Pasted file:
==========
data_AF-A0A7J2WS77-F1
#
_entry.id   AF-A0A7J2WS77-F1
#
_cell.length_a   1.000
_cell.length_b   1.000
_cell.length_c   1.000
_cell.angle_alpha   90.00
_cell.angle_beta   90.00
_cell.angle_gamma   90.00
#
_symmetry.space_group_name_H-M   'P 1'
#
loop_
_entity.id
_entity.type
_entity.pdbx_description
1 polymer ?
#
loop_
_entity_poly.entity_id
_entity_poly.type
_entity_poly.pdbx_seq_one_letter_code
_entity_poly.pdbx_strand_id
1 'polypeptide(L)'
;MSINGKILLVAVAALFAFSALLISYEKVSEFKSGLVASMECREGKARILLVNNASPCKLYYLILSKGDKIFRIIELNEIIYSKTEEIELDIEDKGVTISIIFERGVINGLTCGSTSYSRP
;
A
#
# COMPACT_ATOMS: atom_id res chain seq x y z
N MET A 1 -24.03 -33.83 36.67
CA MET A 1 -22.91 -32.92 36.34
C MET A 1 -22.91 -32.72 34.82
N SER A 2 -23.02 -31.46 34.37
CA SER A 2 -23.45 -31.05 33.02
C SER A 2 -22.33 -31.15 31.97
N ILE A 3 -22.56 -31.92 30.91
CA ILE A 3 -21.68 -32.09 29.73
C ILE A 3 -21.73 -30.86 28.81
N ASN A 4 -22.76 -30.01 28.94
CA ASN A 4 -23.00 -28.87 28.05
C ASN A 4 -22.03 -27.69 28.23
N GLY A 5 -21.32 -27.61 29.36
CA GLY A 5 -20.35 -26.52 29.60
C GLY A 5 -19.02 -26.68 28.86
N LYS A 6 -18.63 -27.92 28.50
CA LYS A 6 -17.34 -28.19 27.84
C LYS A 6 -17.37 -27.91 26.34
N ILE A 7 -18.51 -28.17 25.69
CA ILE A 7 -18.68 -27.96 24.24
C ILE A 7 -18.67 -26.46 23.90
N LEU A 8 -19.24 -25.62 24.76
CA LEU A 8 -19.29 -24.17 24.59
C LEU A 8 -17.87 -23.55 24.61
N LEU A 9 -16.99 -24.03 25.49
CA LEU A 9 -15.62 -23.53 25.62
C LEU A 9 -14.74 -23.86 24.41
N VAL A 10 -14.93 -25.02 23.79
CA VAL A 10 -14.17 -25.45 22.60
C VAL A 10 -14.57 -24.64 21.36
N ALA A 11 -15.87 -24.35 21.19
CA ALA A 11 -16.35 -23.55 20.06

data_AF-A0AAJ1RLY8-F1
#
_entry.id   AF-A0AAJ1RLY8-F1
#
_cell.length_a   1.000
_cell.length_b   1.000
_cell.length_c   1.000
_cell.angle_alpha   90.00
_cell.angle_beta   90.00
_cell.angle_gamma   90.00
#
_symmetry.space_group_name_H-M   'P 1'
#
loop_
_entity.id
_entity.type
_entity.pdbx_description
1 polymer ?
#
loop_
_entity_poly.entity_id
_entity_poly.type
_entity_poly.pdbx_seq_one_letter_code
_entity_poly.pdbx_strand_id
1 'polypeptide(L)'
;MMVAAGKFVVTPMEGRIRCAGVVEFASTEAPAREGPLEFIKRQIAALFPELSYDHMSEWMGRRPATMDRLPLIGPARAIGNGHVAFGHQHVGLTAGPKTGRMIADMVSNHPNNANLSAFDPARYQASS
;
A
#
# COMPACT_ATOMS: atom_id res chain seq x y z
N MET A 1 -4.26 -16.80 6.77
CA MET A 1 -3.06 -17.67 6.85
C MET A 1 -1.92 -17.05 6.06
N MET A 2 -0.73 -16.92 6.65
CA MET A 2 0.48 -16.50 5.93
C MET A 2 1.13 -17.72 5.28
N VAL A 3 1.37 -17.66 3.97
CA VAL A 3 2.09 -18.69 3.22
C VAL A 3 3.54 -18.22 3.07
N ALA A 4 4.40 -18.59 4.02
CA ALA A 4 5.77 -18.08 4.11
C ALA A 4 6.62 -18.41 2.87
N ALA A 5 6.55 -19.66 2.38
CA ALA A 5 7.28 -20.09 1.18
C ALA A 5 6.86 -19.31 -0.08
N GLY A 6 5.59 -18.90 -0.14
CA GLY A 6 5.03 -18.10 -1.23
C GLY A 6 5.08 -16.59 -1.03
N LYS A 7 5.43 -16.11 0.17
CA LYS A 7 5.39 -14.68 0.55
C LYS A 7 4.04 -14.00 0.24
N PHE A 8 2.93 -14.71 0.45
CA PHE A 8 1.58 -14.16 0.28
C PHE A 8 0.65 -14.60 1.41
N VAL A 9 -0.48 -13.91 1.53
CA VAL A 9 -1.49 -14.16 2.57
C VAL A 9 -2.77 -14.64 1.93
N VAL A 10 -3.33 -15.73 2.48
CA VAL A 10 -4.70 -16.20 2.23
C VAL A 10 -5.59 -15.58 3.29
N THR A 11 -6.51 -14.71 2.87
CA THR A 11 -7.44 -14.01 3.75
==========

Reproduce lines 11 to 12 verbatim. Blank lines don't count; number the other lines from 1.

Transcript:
#
_symmetry.space_group_name_H-M   'P 1'